Archaeological excavations in Egypt’s eastern desert provide new data. Excavations in the Egyptian Eastern Desert delivers proof of emerald mines in Roman Egypt at Wadi Sikait.
Throughout history, people have not managed to keep themselves away from precious stones. Stone always occupies a valuable place in human life. Precious stones are a source of reputation for every person and country. They had fought throughout history for these precious stones and objects. Emerald is one of these stones.
“New evidence of the importance of the Roman Mons Smaragdus settlement within the emerald mining network”
The area is known for its Roman-era emerald mines chronicled by authors such as Pliny the Elder and Claudius Ptolemy and was rediscovered by French mineralogist Fréderic Cailliaud in the 19th century.
The researchers – J. Oller Guzmán, D. Fernández Abella, V. Trevín Pita, O. Achon Casas, and S. García-Dils de la Vega – detail what was found in three buildings in the Mons Smaragdus area in their new work. The researchers published their new articles in the Journal of Near Eastern Studies.
The first building was called the “administrative building” and was probably a temple used between the first and fourth centuries. Bronze and steatite figurines, incense burners, and nineteen coins were captured in this area.
The “large temple,” one of the most well-preserved structures standing in Sikait, also contained religious artifacts like bones, terracotta body parts, and amulets, and was likely occupied between the fourth and fifth centuries AD, although inner shrines were possibly used earlier, based on surviving traces of Egyptian hieroglyph and other materials.
Finally, the “six windows building” complex, possibly a residential space, included an older inner cavity, which may have been related to mining activity.
However, concerning this type of structure, common in Sikait, the authors write, “After analyzing most of these spaces, we can conclude that almost none of them can be identified as beryl mines, and mainly we are dealing with storage or living spaces.” Nevertheless, the study of the underground structures presents in Sikait and the surrounding areas allowed the documentation of several beryl mining spaces.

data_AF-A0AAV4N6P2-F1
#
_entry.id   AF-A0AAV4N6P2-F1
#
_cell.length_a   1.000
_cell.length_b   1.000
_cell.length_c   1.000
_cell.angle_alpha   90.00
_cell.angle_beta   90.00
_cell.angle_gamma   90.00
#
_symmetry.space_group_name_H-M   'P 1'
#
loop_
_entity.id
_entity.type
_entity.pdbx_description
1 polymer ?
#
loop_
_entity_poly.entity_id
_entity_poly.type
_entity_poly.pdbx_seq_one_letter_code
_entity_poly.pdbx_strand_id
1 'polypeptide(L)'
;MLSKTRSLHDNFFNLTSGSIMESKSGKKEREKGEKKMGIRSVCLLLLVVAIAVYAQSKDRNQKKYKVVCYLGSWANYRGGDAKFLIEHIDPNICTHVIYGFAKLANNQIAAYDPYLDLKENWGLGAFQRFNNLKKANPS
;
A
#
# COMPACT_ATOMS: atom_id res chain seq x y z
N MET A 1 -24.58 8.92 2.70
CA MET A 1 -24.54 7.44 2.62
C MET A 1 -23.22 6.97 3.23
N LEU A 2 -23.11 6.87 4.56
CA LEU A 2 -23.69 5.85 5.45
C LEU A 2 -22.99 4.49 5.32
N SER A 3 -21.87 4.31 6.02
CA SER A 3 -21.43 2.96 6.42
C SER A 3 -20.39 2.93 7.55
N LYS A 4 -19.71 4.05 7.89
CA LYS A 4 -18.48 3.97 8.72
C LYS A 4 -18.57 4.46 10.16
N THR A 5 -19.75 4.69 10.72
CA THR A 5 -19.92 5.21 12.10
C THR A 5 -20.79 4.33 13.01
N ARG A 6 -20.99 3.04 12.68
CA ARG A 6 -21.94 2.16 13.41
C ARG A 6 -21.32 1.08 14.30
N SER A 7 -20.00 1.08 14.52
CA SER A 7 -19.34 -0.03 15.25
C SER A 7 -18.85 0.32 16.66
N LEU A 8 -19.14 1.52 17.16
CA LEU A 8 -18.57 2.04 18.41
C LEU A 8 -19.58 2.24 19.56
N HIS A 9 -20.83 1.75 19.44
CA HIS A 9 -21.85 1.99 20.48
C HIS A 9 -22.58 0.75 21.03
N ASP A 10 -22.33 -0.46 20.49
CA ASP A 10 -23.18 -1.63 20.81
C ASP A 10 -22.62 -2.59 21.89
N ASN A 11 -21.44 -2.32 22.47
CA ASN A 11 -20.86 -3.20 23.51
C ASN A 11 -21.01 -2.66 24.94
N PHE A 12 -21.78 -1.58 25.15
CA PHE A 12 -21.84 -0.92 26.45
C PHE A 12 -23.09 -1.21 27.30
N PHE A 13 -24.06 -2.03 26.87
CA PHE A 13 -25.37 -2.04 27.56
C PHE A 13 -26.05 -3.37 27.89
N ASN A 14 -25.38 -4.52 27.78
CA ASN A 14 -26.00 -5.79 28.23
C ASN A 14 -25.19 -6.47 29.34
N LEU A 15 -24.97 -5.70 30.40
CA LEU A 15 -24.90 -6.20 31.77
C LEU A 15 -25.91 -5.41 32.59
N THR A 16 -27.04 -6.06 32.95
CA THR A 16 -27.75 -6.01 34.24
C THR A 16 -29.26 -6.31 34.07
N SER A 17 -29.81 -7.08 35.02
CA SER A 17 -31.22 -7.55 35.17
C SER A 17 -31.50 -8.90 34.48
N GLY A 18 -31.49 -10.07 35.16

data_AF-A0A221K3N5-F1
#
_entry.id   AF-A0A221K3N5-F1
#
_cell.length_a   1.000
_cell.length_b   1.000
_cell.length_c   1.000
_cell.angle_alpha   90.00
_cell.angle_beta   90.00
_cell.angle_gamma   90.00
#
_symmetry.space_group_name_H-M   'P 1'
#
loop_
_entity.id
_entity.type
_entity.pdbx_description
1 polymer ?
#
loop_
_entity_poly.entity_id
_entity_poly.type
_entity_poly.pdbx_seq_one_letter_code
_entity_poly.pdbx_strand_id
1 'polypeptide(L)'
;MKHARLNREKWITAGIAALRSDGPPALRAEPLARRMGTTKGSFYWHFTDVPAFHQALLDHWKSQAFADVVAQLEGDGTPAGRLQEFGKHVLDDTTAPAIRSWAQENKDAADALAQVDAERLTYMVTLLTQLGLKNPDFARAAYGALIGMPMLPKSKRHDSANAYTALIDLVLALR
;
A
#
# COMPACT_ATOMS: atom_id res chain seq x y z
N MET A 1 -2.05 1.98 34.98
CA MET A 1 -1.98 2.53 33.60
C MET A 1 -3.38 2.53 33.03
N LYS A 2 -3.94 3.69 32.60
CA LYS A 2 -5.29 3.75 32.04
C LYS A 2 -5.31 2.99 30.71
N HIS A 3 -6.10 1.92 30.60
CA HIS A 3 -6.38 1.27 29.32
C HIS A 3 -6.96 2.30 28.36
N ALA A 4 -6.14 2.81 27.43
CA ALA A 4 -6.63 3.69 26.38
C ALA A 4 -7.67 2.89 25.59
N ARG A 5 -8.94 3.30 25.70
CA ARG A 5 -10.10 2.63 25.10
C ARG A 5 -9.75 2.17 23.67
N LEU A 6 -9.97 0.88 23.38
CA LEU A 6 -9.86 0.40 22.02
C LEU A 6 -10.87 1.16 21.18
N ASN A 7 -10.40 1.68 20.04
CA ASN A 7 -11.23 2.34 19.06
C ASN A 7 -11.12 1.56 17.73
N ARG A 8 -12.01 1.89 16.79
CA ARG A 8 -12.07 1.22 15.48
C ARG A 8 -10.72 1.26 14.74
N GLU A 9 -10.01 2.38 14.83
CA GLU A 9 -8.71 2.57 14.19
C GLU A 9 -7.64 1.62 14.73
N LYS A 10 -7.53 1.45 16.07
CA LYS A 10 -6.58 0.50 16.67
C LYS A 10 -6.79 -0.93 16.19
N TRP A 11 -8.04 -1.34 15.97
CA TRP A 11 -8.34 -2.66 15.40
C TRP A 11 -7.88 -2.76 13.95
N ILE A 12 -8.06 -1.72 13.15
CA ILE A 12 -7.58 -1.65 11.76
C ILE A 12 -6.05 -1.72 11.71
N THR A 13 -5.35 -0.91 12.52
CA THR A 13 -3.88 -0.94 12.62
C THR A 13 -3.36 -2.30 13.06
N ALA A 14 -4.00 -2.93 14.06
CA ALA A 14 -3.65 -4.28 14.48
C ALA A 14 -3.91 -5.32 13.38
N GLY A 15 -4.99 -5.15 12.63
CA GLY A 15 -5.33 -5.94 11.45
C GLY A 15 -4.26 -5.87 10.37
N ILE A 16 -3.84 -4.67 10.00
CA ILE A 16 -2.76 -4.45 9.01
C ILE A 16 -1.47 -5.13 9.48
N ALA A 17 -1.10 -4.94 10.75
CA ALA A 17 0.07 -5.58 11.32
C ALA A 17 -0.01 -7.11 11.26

The detailed analysis of some mines showed relevant evidence concerning their structure, typology, and evolution, including the discovery of the first register inscription ever found in an ancient emerald mine.
These excavation seasons, the authors write, add to knowledge about emerald production in Roman Egypt. “First, it confirmed the significance of the religious aspect in mining settlements like ancient Senskis.” This shows the importance of the settlement within the emerald mining network, as no other site in which a similar concentration of cult spaces has been recorded.
“This links Sikait to other productive regions in the Eastern Desert, which also offer plentiful evidence of the importance of cult and religion, as the imperial quarries.”
The authors propose this work will provide key evidence in the future for determining how, exactly, the mines were exploited. Future seasons will focus on documenting the mining complexes to get a complete overview of the process of extraction and commercialization of emeralds, which will provide greater historical context.
“According to literary sources such as Olympiodorus, in the fifth century AD, a permit from the king of the Blemmyes was required to enter the emerald mines.” Considering that most of the surviving structures in Sikait date to this period, archaeological information from such sites is fundamental for understanding the progressive abandonment of the Roman/Byzantine control in this area and the gradual substitution by the Blemmyan power.